The purpose of this study was to explore the influence of psychosocial factors and psychological flexibility on rehabilitation protocol adherence in a sample of injured collegiate athletes. Self-report measures were given to injured athletes before the start of a physical rehabilitation protocol. Upon completion of rehabilitation, each athlete was assessed by the chief athletic trainer using a measure of rehabilitation adherence. Correlational analyses and bootstrapped logistic regression analyses were conducted to determine whether broad psychosocial factors and level of psychological flexibility predicted engagement and adherence to a rehabilitation protocol. Psychological flexibility, as measured on the Acceptance and Action Questionnaire (2nd ed.; Bond et al., 2011), contributed significantly to the overall logistic regression model. Study findings suggested that assessment of psychological flexibility could give medical providers a way to evaluate both quickly and quantitatively potentially problematic behavioral responding among injured athletes, allowing for more effective adherence monitoring.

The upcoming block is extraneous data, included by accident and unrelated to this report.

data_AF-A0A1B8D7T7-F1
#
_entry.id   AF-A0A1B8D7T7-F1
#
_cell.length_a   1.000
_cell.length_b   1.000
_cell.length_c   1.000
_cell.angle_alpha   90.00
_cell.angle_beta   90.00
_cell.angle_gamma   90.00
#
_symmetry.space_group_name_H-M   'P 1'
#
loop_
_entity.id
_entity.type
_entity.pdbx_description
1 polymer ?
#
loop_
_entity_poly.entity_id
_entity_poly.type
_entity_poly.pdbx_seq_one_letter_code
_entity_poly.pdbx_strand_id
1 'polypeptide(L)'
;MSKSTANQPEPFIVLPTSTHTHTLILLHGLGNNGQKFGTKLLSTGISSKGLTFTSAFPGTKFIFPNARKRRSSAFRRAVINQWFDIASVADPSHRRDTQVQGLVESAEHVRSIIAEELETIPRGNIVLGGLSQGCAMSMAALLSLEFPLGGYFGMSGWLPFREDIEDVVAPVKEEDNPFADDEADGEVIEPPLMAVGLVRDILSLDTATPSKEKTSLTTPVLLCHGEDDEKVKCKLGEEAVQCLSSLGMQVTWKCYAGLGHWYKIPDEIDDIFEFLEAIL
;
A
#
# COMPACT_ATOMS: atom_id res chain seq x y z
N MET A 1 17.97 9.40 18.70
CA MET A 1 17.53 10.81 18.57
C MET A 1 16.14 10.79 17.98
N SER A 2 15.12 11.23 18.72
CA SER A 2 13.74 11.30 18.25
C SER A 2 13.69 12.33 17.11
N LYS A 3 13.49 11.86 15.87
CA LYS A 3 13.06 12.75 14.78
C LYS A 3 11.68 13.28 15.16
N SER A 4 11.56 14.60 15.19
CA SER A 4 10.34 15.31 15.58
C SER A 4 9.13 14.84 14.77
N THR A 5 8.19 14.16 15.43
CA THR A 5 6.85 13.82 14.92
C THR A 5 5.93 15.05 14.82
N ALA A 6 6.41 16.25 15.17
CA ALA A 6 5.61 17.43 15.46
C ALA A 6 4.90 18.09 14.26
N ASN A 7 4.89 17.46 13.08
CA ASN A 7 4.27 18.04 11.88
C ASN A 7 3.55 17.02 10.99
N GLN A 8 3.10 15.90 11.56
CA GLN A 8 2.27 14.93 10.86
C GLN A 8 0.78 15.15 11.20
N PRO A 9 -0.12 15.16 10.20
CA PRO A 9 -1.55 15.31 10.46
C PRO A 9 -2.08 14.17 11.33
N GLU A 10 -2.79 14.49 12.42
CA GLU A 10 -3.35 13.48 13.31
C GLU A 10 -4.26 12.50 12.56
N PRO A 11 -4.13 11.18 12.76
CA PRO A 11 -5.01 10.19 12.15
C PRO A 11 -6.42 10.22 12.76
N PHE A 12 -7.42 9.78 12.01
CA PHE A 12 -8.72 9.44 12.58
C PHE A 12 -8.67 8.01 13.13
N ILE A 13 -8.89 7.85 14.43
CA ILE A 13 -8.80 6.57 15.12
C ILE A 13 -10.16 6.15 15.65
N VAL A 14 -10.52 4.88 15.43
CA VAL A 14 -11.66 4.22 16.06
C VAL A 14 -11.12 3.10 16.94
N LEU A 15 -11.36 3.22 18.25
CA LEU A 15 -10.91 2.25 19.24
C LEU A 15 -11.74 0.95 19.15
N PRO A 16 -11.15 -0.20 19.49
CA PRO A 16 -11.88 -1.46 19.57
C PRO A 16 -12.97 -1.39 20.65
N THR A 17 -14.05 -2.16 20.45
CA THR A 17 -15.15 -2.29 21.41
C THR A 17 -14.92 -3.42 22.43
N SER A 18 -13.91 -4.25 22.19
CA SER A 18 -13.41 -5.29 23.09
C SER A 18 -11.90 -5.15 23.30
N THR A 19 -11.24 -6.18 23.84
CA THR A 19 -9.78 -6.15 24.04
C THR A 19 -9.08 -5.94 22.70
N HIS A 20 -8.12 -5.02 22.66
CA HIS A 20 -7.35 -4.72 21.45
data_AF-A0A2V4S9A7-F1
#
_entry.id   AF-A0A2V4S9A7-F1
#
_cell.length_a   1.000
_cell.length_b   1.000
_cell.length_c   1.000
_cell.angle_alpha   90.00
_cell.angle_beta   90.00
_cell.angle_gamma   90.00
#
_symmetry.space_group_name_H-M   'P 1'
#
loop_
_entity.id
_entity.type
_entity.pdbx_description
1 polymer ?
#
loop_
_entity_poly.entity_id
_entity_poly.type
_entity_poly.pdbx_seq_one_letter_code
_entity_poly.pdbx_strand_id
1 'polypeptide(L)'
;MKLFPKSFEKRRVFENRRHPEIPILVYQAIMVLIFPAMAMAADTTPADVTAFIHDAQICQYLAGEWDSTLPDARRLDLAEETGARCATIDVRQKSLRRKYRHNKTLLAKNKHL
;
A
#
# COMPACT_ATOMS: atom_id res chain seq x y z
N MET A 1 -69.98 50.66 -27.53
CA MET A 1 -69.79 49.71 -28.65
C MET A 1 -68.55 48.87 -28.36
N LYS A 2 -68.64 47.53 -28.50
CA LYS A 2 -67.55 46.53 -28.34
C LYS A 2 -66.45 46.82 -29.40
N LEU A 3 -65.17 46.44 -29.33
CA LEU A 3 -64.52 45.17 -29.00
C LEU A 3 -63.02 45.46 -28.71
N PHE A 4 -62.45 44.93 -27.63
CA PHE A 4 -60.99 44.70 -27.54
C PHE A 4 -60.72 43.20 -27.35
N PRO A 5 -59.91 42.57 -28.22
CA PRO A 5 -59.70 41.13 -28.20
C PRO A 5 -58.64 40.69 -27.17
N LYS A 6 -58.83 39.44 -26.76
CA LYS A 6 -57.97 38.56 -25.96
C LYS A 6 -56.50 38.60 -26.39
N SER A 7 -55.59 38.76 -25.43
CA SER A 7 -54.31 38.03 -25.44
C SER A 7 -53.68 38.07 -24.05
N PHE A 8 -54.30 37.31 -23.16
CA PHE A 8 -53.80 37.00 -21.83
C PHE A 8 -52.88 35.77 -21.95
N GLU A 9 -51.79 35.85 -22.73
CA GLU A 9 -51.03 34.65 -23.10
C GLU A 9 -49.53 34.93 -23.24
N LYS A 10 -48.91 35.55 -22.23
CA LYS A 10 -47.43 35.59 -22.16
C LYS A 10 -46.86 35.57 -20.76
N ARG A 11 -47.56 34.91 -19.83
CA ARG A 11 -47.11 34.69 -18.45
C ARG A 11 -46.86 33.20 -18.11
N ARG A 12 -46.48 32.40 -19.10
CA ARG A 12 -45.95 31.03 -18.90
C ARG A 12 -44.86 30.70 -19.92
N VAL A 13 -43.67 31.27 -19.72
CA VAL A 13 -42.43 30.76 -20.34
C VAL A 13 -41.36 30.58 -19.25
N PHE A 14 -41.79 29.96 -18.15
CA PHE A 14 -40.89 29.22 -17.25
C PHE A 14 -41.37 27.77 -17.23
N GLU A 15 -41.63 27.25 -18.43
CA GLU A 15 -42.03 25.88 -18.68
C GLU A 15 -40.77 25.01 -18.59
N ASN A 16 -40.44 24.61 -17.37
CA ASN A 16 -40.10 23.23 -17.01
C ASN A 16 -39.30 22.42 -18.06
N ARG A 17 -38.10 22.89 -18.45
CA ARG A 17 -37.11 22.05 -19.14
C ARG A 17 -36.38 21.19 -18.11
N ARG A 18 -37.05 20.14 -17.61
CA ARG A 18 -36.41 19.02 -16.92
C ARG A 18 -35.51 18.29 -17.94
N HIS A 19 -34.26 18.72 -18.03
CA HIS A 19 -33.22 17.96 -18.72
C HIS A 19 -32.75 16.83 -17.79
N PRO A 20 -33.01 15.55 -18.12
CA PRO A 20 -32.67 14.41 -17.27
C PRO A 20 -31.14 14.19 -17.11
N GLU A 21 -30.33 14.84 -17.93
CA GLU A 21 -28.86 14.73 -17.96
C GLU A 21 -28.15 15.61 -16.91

Jessica J. DeGaetano, Andrew T. Wolanin, Donald R. Marks, and Shiloh M. Eastin
Carol R. Glass, Claire A. Spears, Rokas Perskaudas, and Keith A. Kaufman
Questionnaire-II (AAQ-II) Psychological inflexibility and experiential avoidance are evaluated with the AAQ-II ( Bond et al., 2011 ), which includes seven items rated on a 7-point Likert scale from 1 (Never true) to 7 (Always true). Research supports its internal consistency and test-retest reliability, along